Notices to Members

No. 10 2011/2012 - Carriage of Calcium Hypochlorite - Frequently Asked Questions

April 2011

Dear Sirs,

Carriage of Calcium Hypochlorite - Frequently Asked Questions

Further to Notices to Members No.12 1999/2000 and No.11 2000/2001 on “Recommendations for the Carriage of Calcium Hypochlorite”, the International Group has prepared the following list of Frequently Asked Questions to clarify some of the issues that have been raised by Members:  

01    What is calcium hypochlorite?  

This chemical is a white or yellowish solid that is soluble in water. There are several products manufactured as water purification and bleaching agents, which contain calcium hypochlorite (CH) as their active ingredient. The three most common products are two high strength types (UN 1748 and UN 2880) and a lower strength type, often referred to as bleaching powder (UN 2208).  The entries in the International Maritime Dangerous Goods (IMDG) Code are shown as follows:  

Class 5.1 UN 1748 Calcium hypochlorite dry, or calcium hypochlorite mixtures, dry containing more than 39% active chlorine;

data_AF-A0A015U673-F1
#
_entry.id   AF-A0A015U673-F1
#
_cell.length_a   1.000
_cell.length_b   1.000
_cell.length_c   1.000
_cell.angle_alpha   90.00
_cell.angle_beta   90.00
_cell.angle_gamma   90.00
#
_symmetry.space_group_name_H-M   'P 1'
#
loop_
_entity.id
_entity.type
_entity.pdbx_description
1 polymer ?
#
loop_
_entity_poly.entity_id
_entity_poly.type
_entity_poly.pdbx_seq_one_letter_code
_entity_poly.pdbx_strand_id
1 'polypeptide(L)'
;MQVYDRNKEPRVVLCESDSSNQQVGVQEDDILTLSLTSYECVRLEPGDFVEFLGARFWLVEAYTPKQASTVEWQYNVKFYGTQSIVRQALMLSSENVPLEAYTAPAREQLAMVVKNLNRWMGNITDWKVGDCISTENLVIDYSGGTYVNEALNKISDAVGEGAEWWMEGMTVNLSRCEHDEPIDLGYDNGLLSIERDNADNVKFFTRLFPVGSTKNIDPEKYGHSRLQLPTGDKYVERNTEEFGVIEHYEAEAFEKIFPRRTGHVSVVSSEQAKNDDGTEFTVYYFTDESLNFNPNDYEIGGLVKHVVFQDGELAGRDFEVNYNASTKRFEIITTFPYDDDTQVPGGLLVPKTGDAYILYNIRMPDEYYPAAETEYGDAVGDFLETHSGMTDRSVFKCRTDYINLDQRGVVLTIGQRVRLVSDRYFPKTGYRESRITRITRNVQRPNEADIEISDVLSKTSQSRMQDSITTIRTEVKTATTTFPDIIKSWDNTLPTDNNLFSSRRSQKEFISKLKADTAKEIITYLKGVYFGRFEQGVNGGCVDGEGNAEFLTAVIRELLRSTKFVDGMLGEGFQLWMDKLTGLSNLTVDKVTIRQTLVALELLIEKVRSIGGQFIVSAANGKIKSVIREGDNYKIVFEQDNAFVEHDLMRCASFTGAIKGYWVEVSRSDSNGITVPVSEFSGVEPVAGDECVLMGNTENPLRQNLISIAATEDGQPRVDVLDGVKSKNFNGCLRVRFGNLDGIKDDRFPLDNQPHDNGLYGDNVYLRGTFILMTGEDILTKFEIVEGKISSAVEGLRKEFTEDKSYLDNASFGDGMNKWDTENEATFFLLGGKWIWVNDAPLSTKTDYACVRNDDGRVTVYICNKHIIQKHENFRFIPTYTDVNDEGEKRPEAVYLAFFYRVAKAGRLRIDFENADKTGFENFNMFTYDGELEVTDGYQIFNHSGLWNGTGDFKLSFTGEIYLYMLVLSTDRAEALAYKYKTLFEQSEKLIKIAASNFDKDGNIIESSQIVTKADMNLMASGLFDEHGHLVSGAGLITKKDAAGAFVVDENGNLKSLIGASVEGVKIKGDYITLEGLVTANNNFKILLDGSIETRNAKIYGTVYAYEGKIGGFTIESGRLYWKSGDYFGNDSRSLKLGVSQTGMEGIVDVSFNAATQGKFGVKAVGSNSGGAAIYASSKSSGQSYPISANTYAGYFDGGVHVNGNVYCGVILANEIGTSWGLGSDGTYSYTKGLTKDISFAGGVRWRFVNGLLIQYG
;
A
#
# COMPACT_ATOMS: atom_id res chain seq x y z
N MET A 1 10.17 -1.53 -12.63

Class 5.1 UN 2880 Calcium hypochlorite hydrated, or calcium hypochlorite hydrated mixture containing not less than 5.5% but not more than 16% water;  

Class 5.1 UN 2208 Calcium hypochlorite mixture dry containing more than 10% active chlorine but not more than 39% active chlorine.  

The following are additional to the above and are included in the Amendment 35 to the IMDG Code which is on a voluntary basis from 1 January 2011 and mandatory from 1 January 2012:  

Class 5.1/8 UN 3485 Calcium hypochlorite, dry, corrosive or calcium hypochlorite mixture, dry, corrosive with more than 39% available chlorine (8.8% available oxygen);

Class 5.1/8 UN 3486 Calcium hypochlorite mixture, dry corrosive with more than 10% but not more than 39% available chlorine;  

Class 5.1/8 UN 3487 Calcium hypochlorite, hydrated, corrosive or calcium hypochlorite, hydrated mixture, corrosive with not less than 5.5% but not more than 16% water.  

Calcium hypochlorite or calcium hypochlorite mixtures should be transported in accordance with the requirements set out in the IMDG Code, as appropriate and comply with the advice of the IG.